Where are your favorite running trails in Indy? Share them in the comments below!

Topics: Indianapolis, Lifestyle, Things to do in Indianapolis

Whipping up Some Goodness: Cooking Classes in Indianapolis

Posted by Mandy Padgett on Aug 19, 2014 10:00:00 AM

cookingclass

The long summer months are great time work on your hobbies; and what better way than classes and what better skill than cooking? There are no shortage of places to get cooking lessons around the city, be they refresher courses or specialized courses on a particular kind of food. A few cooking lessons and suddenly you’re charming sweetheart on a whole new level, introducing the kids to a side of vegetables they never knew they loved, or just fanning the flames of your own culinary ardor.

So whether you know nothing about the kitchen and are looking for a beginner course or just looking for a few extra tips and tricks around the stove, Indianapolis has the places for you. So get out of the heat of the sun and into the heat of the kitchen because here’s some of the best cooking courses from around the city.

Indy’s Kitchen

With a broad range of classes on cuisines as varied as Thai to Seafood, from salads to spices, these classes with outstanding Indy chef Dwight Simmons is sure to delight. Ranging in price from $65 - $125, an evening full of memories to savor are in store!

Nestle Inn

The Nestle Inn Bed and Breakfast is a great place for cooking lessons if you’re looking for a relaxed feel and a light atmosphere. Lessons are held twice a month and are taught by two graduates of the The Chef’s Academy, Chefs Meija and Lauren Day, as well as a wine and beer expert from the Indy Star, Robert Scheer. The lessons focus on different aspects of cooking and kitchen skills each time with lessons ranging from knife skills and homemade pasta to making dog treats and canine birthday cakes. It’s definitely an experience the whole family can enjoy.

Grill Master

Looking to get down and dirty on the grill? Then Chef JJ’s Back Yard has the perfect cooking course for you. Chef JJ Boston shows attendees how to grill all kinds of food be it steaks, ribs, burgers or wings. He takes students on a food journey from meat preparation, learning various grilling techniques as well finally chowing down and eating all your delicious hard work. Chef JJ’s only uses fresh, local meat and each lessons includes beer tastings and non-alcoholic beverages.

Sweet Delights

If you just can’t deny your sweet tooth nibbling on sugary snack, why not learn to make them at home by taking lessons at Circle City Sweets? Not only are dessert lessons such as learning how to make delicate macaroons, chocolates, and pastries offered, but there are plenty of other great tips and tricks that you can pick up from the course. Circle City Sweets also offer knife skills and sharpening workshops as well as how to make soups and seasonal cakes.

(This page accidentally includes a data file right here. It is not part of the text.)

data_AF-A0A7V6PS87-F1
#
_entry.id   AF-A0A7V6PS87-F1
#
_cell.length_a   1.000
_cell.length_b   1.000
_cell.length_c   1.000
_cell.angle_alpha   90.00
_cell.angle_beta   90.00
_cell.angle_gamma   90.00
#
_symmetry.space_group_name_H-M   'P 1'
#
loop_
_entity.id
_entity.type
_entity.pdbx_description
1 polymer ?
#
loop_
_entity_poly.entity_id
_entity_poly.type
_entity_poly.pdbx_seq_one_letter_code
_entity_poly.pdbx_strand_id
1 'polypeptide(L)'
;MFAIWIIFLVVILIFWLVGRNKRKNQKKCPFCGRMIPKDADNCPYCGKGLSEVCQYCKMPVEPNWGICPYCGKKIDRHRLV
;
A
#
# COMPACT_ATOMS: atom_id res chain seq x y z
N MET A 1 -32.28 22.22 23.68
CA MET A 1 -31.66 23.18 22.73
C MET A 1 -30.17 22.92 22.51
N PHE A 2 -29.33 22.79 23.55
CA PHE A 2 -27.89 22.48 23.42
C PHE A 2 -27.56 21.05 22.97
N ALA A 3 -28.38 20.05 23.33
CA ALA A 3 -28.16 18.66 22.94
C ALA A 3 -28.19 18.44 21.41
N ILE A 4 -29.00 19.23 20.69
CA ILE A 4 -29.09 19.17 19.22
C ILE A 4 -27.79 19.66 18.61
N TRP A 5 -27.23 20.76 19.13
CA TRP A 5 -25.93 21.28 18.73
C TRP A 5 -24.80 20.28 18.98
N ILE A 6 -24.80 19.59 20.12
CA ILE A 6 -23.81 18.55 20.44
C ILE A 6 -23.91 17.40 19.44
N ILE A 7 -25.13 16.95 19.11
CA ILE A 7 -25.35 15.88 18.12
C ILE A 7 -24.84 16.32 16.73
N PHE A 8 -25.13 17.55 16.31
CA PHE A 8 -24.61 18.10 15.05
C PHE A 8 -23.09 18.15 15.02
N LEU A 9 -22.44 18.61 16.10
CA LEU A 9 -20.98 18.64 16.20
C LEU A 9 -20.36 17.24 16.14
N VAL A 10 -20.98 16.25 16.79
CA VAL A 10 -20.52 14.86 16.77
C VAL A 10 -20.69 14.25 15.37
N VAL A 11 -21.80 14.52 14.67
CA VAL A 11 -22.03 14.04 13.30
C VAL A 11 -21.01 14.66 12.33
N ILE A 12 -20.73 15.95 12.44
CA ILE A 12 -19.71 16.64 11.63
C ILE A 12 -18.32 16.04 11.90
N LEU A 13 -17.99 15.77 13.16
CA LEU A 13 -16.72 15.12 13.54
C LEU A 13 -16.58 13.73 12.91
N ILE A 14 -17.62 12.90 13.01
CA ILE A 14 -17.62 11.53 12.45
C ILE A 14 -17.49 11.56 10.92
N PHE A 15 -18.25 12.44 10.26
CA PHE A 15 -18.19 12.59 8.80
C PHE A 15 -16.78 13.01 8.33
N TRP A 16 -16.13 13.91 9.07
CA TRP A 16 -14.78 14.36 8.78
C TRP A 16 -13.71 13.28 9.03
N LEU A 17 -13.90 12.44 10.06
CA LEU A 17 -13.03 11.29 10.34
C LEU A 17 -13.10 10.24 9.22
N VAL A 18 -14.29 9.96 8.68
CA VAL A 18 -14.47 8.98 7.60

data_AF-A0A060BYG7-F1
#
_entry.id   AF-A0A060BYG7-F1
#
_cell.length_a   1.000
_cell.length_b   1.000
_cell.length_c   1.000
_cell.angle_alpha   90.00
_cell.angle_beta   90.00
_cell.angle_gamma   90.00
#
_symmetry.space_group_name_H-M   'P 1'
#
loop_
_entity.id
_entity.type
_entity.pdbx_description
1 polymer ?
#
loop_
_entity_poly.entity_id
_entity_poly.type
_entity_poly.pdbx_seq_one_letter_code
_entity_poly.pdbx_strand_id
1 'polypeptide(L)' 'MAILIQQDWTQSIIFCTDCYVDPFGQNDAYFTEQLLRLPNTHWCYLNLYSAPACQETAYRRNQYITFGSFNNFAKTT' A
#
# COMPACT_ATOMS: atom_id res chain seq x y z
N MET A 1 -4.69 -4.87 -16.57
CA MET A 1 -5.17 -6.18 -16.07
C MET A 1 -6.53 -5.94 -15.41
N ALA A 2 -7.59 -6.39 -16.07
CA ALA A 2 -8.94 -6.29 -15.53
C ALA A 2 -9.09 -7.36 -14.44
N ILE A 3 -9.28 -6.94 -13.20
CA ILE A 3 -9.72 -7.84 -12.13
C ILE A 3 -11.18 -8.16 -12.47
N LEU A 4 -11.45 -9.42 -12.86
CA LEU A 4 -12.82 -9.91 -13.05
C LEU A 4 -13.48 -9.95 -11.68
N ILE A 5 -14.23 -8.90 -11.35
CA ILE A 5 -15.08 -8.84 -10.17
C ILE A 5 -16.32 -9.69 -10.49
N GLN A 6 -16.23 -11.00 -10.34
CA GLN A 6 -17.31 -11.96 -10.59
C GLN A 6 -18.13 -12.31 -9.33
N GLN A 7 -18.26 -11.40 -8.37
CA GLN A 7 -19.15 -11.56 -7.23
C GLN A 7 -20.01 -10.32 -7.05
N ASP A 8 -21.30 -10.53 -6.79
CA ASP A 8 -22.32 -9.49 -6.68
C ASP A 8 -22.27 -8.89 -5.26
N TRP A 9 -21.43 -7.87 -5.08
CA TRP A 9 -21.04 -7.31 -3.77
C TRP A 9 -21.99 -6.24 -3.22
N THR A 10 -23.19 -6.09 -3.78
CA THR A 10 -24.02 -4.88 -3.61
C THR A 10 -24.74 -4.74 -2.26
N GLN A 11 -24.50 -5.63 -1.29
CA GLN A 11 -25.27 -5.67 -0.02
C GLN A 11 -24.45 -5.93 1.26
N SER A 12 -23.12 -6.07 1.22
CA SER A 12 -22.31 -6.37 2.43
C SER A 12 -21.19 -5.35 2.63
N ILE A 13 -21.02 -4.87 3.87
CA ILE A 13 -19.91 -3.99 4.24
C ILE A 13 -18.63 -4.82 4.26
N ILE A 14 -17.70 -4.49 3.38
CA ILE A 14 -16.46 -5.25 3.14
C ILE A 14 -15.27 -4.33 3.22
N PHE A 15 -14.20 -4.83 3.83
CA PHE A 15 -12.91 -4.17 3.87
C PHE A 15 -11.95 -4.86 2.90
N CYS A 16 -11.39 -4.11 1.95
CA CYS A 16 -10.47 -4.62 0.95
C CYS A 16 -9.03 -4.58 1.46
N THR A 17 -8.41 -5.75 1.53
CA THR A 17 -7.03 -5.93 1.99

This summer, give Netflix a rest and head out to become a Masterchef on your own.

Topics: Things to do in Indianapolis, Summer

Our Favorite Indy-Centric Pinterest Boards

Posted by Paula Henry on Aug 17, 2014 10:30:00 AM

Pinterest is all the craze. If it's not a social media platform you've dug into, we highly recommend it with all its home ideas. You can spend hours browsing through upcycling or recycling, bathrooms or bedrooms, decorating or organizing. Pinterest has it all!

Indianapolis has a solid representation on the site, as well. Check out a few of our favorite Indy-centric Pinterest boards.

pinterest

Indianapolis Colts

Our hearts bleed blue around here at Home to Indy, so it's no surprise that the Indianapolis Colts' Pinterest board is among our favorites. It offers everything from tailgating essentials to Colts crafts to cakes! It even has ideas for the home if you want to deck out your abode with blue and white in support of your favorite NFL team!

Visit Indy

We're proud to give a shout out to our friends at Visit Indy. They're your official guides to Indianapolis, and it shows on their Pinterest board. It's THE place to go for Indy eats, local shopping, and family fun. It even has a board for Girlfriend Getaways. (Gentlemen, we recommend paying attention!)

Indianapolis Children's Museum

The Indianapolis Children's Museum is the biggest and best in the world! (You don't have to take our word for it; it has been nationally ranked for years!) Their Pinterest board is filled with tons of fun boards, not surprisingly. There are boards for the young (Your Top 20 Toys) and the young at heart (Superhero Inspiration)

Indy 500 Through the Years

This Pinterest board is a tribute to our beloved race shows highlights throughout the years. Dating all the way back to 1911, this impressive display shows everything from winners to drivers' wives to crashes to cars. If you're a fan, it's a must see!

Indianapolis Zoo